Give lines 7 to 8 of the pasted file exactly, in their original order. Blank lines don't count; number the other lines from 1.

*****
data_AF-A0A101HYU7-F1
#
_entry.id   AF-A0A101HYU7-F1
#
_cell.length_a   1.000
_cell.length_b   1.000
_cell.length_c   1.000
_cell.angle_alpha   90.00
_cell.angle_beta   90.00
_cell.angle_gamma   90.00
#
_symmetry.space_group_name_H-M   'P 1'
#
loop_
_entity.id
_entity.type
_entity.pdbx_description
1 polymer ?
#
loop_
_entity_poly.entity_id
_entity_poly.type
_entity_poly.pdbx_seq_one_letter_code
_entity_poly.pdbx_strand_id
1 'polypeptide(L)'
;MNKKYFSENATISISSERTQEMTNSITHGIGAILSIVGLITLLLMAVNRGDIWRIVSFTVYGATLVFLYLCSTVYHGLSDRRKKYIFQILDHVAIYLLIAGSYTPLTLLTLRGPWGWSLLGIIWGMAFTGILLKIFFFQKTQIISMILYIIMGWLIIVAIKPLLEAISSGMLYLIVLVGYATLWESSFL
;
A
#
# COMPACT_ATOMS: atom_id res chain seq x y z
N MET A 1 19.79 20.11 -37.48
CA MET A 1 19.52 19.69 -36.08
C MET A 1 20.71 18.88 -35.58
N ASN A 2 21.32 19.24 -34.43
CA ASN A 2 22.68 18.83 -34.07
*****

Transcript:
_cell.length_c   1.000
_cell.angle_alpha   90.00